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Re^3: Plotting a volcano eruption halfway across the globe

by Your Mother (Archbishop)
on Jan 22, 2022 at 15:38 UTC ( #11140713=note: print w/replies, xml ) Need Help??


in reply to Re^2: Plotting a volcano eruption halfway across the globe
in thread Plotting a volcano eruption halfway across the globe

Just chiming in to relate: one of the first computer controlled x-ray machines had a buffer overflow—triggered by a system clock event or something that wasn’t caught in testing—that caused the emitter to remain active instead of flashing on and off. Patient died consequently in the misery one would expect.

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Re^4: Plotting a volcano eruption halfway across the globe
by afoken (Canon) on Jan 22, 2022 at 18:04 UTC

    Therac-25

    One of the many problems was that it reused the (bad) software of the previous model, which had hardware interlocks. The 25 had no hardware interlocks.

    And that's why at work, we (the software designers and developers) routinely discuss with our hardware designers what damage an intentionally malicious software could do on the given hardware. Of course we don't write malicious software, but the discussion shows where hardware interlocks are needed in case of an error generating the wrong signals.

    An example from a real project using a 32-bit microcontroller:

    A light barrier should limit where software could switch motors on (a little bit simplified). Hardware should ensure that the motors could be switched only if the photo transistor "sees" light. And the microcontroller should be able to read that signal. The signal from the photo transistor was fed into the motor interlock logic hardware, and in parallel to an input pin on the microcontroller. Looks harmless, right?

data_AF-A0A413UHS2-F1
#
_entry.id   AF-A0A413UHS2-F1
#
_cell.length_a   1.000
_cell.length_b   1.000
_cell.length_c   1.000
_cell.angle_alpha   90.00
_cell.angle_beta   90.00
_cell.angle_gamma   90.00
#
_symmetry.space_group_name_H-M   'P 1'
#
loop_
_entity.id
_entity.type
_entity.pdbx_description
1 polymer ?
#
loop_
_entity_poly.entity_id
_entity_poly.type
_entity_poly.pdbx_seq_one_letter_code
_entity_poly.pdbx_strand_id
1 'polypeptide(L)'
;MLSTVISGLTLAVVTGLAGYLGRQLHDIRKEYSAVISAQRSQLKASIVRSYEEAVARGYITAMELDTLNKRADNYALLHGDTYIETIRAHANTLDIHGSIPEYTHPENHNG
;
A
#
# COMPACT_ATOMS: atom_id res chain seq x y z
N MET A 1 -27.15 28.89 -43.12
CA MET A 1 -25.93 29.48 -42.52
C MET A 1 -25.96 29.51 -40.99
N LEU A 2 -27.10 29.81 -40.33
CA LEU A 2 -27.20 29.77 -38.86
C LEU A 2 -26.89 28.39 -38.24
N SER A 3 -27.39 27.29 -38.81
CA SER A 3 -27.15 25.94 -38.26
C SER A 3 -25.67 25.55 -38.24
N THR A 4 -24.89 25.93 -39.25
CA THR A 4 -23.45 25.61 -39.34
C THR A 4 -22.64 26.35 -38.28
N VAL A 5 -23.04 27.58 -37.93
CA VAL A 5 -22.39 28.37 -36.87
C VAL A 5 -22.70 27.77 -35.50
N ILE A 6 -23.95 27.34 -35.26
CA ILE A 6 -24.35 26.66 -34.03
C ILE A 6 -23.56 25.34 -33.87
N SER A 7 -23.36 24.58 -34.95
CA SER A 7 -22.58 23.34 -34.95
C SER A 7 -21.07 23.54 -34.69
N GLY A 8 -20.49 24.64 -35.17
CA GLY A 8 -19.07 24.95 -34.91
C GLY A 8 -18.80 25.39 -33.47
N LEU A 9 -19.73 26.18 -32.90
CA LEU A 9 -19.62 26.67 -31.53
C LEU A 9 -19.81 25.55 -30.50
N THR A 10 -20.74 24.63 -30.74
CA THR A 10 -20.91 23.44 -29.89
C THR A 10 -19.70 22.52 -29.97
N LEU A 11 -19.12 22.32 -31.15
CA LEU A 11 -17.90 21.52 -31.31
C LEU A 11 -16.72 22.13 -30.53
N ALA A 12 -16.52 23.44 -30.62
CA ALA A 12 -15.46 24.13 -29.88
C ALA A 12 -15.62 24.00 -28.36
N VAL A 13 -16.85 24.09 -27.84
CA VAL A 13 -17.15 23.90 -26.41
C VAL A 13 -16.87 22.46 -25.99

Until you realise that the pin could be switched to output mode, that would overwrite the signal from the dark photo transistor. This way, software could bypass the hardware interlock and drive the motors during unsafe conditions, damaging hardware and - in the worst case - could harm people.

    Switching the pin to output mode with the right level needs one, at most two write accesses to memory-mapped I/O, each with only one important bit. Half of all possible values would bypass the interlock, when written to two of a few GPIO control registers. A chance of a few addresses in 2^32. Also, damaging the stack in the right way would end in a jump into one of a few routines that write those control registers. And that is much more likely than 1 in 2^32.

    The solution is quite obvious: Don't feed the raw signal into the microcontroller, insert a buffer. It could be as simple as an extra transistor, or almost any logic gate. In our case, we used a previously unused output from the programmable logic device implementing the interlock, delivering just the unchanged signal from the photo transistor to the microcontroller, via a resistor that prevents excessive current in case the microcontroller should accidentally switch the input pin to output mode.

    Now the worst thing that even intentionally malicious software can do is to heat up that resistor a tiny little bit. The resistor can withstand that for at least decades. There is no way to bypass the hardware interlock any more.